Books are fun. This, according to bookseller Carrie Rollwagen, co-owner of Church Street Coffee & Books, is at the heart of upcoming Bookstravaganza.
Beginning April 22, the Mountain Brook café will host Bookstravaganza, a weeklong celebration of reading. Co-owner of the shop, Carrie Rollwagen, says, “What we want Church Street to be is a place for people to talk about books and connect.”
Bookstravaganza includes a conversation with bestselling author Jenny Milchman, a citywide scavenger hunt, a neighborhood book giveaway and in-store discounts. The idea, Rollwagen says, is to get people excited about reading.
Rollwagen and co-owner Cal Morris decided to host the weeklong event as a companion to World Book Night, a holiday of sorts that began in the United Kingdom in 2010. According to the founders of World Book Night, April 23 is the UNESCO International Day of the Book, as well as Shakespeare’s birthday.
While 2012 was the first year the philanthropic holiday was celebrated here in the States — with half a million books given away — already more than 6,000 book outlets are participating.
The premise of World Book Night, Rollwagen says, “is to spread the love of reading to people who don’t already love reading.”
At this year’s World Book Night, Church Street volunteers will distribute hundreds of free books as surprise gifts in hundreds of undisclosed locations around Birmingham. “The books are donated by authors and publishers who have waived their royalties and fees,” Rollwagen says, “to promote the culture of reading in hopes that people who are not frequent readers will be enticed to start reading when they are given free books.”
Church Street was interested in expanding what is internationally a one-night event into a weeklong celebration of what’s central to World Book Night: connectivity.
As a play on the giveaway, Church Street devised a weeklong citywide scavenger hunt. “Solving each puzzle to win the prizes starts by gathering clues, distributed throughout the day on Church Street’s Facebook and Twitter accounts. The first person to guess each clue correctly and travel to the Birmingham location it leads to can claim a free book as a prize,” Rollwagen says.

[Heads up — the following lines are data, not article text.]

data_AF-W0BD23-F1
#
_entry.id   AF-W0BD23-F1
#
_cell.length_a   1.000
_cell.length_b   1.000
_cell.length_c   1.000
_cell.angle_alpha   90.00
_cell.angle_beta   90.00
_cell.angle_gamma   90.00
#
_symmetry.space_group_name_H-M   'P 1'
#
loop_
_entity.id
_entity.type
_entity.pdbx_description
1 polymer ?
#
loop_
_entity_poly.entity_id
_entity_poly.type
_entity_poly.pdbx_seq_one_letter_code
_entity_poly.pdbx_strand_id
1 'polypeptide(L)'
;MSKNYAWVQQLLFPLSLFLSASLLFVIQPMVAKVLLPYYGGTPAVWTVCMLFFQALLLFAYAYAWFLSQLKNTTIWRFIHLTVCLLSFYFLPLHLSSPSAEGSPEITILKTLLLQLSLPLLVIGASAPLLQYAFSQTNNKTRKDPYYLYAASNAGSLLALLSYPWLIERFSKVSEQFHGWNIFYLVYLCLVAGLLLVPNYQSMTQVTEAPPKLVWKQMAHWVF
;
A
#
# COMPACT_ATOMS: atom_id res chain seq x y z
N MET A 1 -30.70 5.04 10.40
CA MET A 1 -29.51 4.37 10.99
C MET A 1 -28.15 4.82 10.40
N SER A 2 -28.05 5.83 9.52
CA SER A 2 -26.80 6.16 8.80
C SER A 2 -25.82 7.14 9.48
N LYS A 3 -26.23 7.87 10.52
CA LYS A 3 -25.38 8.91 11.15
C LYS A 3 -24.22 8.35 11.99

The scavenger hunt, Rollwagen says, is about connecting book lovers to local businesses — a potentially mysterious association.
“On a basic level books create community,” Rollwagen says, “because reading the same book as someone gives you common ground to connect, even if you aren’t together. A lot of what our country is based on is pamphlets and written ideas. That’s our communication. Living in a culture like ours is a responsibility. The more reading you’re doing and better educated you are, the better the discourse in the community will be.”
Rollwagen says that reading literature instills in the reader a sense of connectivity to a broader community — the same way shopping locally can connect customers with both merchant and producers.
With 20 local businesses participating in the scavenger hunt, the event is also an example of the relationship among Birmingham’s local merchants.
“I’m seeing the local business community as a tighter knit community, wanting to support each other,” Rollwagen says. “I think Birmingham’s a really great city for that. … That community is there.”
Co-owner Cal Morris agrees. “We believe you create something with your purchases. We want to create a better, stronger community by buying from local businesses. And, of course, we want to create a culture of books,” Morris says.
Participating in that culture of books, Monday, April 22 at 7 p.m., bestselling author Jenny Milchman will speak at Church Street Coffe & Books.
Milchman is on a seven-month tour of the States, promoting her newest novel Cover of Snow, a suspenseful tale often compared to Gillian Flynn’s hit Gone Girl.
While her visit to Church Street will be Milchman’s first trip to Alabama, the author is no stranger to celebrating reading — she’s the creator of Take a Child to a Bookstore Day — and is eager to participate in Bookstravagnza.
“I think it’s an interesting time for books,” Rollwagen says, “because they’re changing so much. There are so many possibilities to incorporate music and movies and tie art together. We can bring books together and into the world beyond the rarefied groups who generally read.”
Church Street hopes the events of Bookstravaganza will do just that, excite readers and non-readers alike.
If all goes well, in the future, Church Street Coffee & Books plans to host a yearly scavenger hunt with more literary events throughout the year.
“What we want to do is think outside the box and have readings on a theme or [theatre-produced readings]. Alabama Booksmith does author events really well, and we’re not going to step on that so we’re looking for something different,” Rollwagen says.
Milchman says booksellers do a great job of keeping events fresh while creatively connecting readers with writers.
“As far as books go, Cal and I are idealists and think books are very important,” Rollwagen says. “I think what’s fun about being in books right now is that the industry is changing, and there’s room for creativity. That’s what’s freeing about doing a scavenger hunt. We’re not trying to drive sales. As long as people have fun, it worked.”
For more information on Bookstravaganza or Church Street Coffee & Books, visit churchstreetshop.com; on Jenny Milchman, visit jennymilchman.com; on World Book Night, visit worldbooknight.org.